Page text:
Kydex outer shells have significant stress points due to methods of attachment to the backer. This results in cracking of the shell, and separation of the two pieces. Most commonly this occurs when the shell is bolted directly onto the backer, like with Crossbreed and certain Alien Gear models.
The cause of this is differences in flexibility between the soft backer and the rigid shell, with the shell eventually breaking opposed to the flexing of the backer. Models with hard 90 degree angles on the shells will experience this sooner, as pressure focuses here. Once this happens, the holster will begin to lose whatever retention it has. Eventually, full separation of the two pieces will occur.
Many hybrid holsters offer adjustable retention via screws, tightening the shell to the backer. Despite this, retention is often inconsistent and poor across all holsters of the type. This is due to varying levels of tension caused by the mating of different materials. Pressure from the wearer's body will press into the backer, causing greater retention as the pressure increases. This means that tighter belts or bigger users could experience stronger retention. Rigid shells will try to grab onto the pistol, much like a kydex holster, trying to lock into the trigger guards and ejection ports. The combination of these two materials causes an interesting mix of retention. You'll often feel a slow drag from the backer, with a slight "pop" from the shell.
With varying levels of retention, you have varying levels of security. With some hybrid holsters, even when worn, I can get my finger fully on the trigger--on the body side of the pistol. This is a problem. If I'm in an entangled fight, I don't want my attacker to have access to my pistol. If I'm playing with my children, I don't want them to have access to my pistol. Even if the trigger is fully covered, it's easy to force leather away from the gun, causing a substantial safety concern.
Most hybrid holsters suffer from poor quality belt attachments, resulting in poor retention on the belt. From cheap plastic and metal, I've found nearly every hybrid holster to be lacking in the belt attachment department. I can't count the number of hybrids I've seen leave the pants on the drawstroke or during force on force drills. I've personally experienced this just from everyday movements, the holster working its way out of my pants throughout the day. Much like weapon retention, losing your holstered gun while fighting or playing could be a life threatening issue.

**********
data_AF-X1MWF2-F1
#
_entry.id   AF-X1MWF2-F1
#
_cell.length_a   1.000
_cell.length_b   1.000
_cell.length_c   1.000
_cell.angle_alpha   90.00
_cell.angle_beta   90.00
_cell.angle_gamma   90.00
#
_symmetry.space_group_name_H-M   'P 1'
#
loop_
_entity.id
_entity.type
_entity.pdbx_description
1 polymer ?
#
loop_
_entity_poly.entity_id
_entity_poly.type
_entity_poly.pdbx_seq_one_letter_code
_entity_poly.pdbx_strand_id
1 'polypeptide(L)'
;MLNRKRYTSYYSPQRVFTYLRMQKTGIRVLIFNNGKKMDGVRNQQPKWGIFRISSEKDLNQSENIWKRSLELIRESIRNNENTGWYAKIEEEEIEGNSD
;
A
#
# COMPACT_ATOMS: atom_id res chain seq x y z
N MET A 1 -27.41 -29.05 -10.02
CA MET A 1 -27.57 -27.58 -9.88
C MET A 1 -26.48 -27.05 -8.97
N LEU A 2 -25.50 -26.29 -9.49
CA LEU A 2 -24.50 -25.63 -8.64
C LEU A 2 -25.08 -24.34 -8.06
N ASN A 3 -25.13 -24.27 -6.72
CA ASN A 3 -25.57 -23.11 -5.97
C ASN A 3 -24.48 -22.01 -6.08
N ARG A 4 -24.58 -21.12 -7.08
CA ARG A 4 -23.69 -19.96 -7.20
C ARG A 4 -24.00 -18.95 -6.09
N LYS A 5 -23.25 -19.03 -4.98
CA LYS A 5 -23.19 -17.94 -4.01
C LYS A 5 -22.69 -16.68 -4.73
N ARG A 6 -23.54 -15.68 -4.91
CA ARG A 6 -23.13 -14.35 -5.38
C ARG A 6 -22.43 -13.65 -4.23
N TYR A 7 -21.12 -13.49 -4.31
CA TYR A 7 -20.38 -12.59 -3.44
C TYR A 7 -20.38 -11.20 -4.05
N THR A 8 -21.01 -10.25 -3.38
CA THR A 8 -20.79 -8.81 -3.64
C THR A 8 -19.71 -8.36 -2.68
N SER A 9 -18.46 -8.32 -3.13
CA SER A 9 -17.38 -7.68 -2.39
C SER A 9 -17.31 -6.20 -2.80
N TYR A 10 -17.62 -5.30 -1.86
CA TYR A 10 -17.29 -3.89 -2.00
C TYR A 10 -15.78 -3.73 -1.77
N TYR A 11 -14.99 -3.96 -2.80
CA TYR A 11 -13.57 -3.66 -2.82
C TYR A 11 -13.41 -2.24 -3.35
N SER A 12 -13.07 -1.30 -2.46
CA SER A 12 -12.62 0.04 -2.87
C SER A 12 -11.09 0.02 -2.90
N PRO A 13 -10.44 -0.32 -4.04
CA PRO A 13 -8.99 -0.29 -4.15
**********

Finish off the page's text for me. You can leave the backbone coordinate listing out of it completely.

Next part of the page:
Look for metal clips, ideally something compatible with Discrete Carry Concepts clips, or similar. I had good luck with the OEM metal clips from Black Arch, which seem higher quality than those from Crossbreed.
What good is a holster if we can't readily access our pistol from it? Looking at most hybrid holsters, and you can clearly see access is of little to concern to both their designers and userbase. Sweat guard portions of backers are often oversized, and poorly cut. Some don't seem to cut their material at all, leaving a massive oval of leather behind the gun. These oversized sweat guards make it difficult to impossible to achieve and appropriate grip upon drawing the pistol. Additionally, these large portions of leather further add to the bulk of the holster, and often begin curling sooner than lower profile options.
Final Thoughts on Hybrid Holsters
I like to think I'm a pretty open minded guy. I spent a couple hundred dollars of my own money working on this project. I also put my reputation on the line, borrowing gear from other shooters. After several months of hands-on evaluation, and years of watching hybrid holsters, I think I've come to a pretty effective conclusion on the type.
Pure nylon holsters and soft leather might take the cake, but a hybrid holster is one of the worst choices a shooter could make when it comes to selecting an IWB concealment holster. All have serious downsides when compared to quality leather and just about any kydex offering. Some hybrid holsters are straight up dangerous.
If there's a hybrid which you think does things better, let me know in the comments. I'm more than willing to give new gear a shot. If you need a quality holster, consider looking at PHLster, KSG Armory, Bawidamann, Tenicor, and others we've reviewed here, along with positive mentions elsewhere in this article.
Author's Note: Special thanks to Karl Rehn of KR Training for loaning me some hybrid holsters. Without your help, this project would've been a lot more expensive. If you're looking for training in Central Texas, Karl and his team are an excellent resource.